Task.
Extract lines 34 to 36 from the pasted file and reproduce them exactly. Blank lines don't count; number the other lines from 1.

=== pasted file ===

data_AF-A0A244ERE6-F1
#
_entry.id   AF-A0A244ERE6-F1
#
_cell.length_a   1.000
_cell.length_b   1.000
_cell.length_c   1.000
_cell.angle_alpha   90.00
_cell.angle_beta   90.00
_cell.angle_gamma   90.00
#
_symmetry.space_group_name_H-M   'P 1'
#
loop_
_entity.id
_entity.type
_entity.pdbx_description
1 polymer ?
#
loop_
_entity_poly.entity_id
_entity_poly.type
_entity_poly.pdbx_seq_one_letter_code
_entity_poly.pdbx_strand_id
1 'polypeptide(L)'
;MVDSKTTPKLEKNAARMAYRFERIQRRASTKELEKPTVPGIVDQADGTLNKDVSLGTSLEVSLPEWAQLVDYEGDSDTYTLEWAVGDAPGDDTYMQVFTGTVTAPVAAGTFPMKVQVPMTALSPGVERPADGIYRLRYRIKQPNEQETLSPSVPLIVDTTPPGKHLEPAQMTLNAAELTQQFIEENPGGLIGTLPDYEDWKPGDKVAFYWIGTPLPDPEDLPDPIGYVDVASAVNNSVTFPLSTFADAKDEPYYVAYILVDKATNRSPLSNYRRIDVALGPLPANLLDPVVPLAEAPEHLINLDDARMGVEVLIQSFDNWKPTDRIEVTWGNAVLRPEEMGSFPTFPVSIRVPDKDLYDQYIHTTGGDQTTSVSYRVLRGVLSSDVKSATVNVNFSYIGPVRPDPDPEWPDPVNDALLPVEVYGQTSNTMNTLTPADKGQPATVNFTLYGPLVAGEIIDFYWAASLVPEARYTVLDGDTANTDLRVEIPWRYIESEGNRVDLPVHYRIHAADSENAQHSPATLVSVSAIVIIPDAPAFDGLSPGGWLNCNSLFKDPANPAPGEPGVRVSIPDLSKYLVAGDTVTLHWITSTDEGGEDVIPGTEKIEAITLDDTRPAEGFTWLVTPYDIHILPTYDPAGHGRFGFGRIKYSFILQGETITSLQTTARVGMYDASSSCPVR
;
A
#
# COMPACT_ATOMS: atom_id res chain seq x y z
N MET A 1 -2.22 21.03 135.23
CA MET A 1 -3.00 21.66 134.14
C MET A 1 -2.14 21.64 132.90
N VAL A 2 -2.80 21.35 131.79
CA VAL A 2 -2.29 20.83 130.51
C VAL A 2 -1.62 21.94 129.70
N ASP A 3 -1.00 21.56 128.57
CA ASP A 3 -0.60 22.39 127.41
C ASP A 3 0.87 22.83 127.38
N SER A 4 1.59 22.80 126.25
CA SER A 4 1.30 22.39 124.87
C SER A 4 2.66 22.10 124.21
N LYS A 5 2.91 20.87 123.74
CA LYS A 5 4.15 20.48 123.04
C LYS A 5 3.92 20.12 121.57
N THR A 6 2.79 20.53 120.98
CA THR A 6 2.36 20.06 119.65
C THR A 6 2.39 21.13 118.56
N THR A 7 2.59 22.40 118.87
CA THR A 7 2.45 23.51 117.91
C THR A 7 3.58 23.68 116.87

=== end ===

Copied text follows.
N VAL A 2 -2.80 21.35 131.79
CA VAL A 2 -2.29 20.83 130.51
C VAL A 2 -1.62 21.94 129.70